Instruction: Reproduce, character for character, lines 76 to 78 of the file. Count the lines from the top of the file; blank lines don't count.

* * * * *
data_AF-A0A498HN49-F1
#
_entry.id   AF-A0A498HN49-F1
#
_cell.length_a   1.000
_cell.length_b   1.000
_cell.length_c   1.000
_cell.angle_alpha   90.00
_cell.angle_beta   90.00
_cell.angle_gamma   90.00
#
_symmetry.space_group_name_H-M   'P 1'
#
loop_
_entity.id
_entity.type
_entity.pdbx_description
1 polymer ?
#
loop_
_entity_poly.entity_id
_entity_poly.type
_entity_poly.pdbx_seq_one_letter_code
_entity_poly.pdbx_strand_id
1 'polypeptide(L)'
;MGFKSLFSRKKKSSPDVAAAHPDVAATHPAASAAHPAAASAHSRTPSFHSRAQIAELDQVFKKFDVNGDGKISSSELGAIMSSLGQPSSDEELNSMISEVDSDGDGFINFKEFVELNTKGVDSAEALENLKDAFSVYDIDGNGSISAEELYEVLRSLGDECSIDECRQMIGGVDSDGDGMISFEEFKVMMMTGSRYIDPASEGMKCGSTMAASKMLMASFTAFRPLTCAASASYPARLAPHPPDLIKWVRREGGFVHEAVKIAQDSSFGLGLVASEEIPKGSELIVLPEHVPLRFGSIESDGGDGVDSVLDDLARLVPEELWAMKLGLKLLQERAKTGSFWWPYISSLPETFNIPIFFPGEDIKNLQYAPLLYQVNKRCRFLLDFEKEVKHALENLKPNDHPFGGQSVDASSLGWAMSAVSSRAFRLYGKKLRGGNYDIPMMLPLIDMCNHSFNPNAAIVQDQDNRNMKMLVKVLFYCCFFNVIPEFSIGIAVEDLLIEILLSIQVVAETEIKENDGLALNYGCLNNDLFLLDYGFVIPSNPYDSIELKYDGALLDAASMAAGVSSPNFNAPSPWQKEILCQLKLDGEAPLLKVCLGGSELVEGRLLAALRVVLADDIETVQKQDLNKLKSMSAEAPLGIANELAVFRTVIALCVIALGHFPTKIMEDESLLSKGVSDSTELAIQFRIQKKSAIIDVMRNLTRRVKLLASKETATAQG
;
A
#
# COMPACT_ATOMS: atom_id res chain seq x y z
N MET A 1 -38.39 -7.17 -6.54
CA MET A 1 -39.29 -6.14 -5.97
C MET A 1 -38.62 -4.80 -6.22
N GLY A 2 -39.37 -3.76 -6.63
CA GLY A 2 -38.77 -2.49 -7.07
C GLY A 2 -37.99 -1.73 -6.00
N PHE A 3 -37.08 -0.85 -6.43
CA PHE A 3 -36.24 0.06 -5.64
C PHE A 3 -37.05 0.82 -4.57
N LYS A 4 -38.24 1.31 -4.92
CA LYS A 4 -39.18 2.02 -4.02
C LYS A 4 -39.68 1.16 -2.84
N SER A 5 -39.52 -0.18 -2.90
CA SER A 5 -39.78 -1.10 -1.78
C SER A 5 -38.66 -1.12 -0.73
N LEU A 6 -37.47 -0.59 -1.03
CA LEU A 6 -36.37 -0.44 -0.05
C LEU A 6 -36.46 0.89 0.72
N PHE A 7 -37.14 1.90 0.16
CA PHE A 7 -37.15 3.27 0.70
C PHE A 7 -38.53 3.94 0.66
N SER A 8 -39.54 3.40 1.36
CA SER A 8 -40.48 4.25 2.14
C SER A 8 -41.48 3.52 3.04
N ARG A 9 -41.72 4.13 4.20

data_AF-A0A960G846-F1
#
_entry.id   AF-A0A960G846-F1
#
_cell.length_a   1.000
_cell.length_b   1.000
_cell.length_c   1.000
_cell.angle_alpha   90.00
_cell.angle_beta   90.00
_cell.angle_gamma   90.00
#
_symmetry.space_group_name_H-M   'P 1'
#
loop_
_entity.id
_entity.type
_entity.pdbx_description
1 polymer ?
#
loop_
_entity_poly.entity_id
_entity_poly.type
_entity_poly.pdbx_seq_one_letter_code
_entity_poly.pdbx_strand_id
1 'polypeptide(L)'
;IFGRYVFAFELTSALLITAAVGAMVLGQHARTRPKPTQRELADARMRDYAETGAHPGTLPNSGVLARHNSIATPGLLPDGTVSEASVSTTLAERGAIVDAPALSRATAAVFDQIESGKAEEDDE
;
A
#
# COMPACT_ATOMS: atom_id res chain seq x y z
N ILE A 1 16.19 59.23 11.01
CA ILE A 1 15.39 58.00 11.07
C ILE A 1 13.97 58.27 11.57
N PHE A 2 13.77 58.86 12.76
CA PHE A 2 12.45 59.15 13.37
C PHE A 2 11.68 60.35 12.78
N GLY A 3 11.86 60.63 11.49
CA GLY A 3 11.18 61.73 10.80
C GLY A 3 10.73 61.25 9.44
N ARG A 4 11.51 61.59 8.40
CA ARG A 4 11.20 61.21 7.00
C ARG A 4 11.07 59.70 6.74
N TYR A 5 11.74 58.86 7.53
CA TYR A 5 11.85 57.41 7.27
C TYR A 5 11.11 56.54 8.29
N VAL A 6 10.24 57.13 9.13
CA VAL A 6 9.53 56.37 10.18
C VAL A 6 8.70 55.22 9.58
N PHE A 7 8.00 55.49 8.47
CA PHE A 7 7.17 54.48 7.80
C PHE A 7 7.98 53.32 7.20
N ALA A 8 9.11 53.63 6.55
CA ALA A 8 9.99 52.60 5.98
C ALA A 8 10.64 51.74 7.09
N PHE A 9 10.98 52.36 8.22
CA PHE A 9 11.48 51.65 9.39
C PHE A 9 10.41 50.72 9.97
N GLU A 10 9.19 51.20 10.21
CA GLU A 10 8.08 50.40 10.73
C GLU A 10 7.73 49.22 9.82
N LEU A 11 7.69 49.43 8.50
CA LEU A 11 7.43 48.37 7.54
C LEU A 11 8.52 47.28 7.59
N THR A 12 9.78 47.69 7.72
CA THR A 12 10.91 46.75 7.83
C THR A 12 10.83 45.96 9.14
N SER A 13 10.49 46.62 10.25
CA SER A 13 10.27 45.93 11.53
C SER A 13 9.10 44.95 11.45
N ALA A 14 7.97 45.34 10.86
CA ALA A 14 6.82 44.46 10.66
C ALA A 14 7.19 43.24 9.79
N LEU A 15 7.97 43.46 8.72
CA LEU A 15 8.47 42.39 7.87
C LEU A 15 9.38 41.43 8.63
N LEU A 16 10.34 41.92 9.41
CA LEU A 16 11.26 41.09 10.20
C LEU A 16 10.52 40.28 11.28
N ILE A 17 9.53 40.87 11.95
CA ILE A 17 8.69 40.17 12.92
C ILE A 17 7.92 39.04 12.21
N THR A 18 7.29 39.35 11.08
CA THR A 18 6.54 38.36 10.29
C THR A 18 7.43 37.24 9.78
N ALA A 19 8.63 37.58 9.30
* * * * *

_entity_poly.entity_id
_entity_poly.type
_entity_poly.pdbx_seq_one_letter_code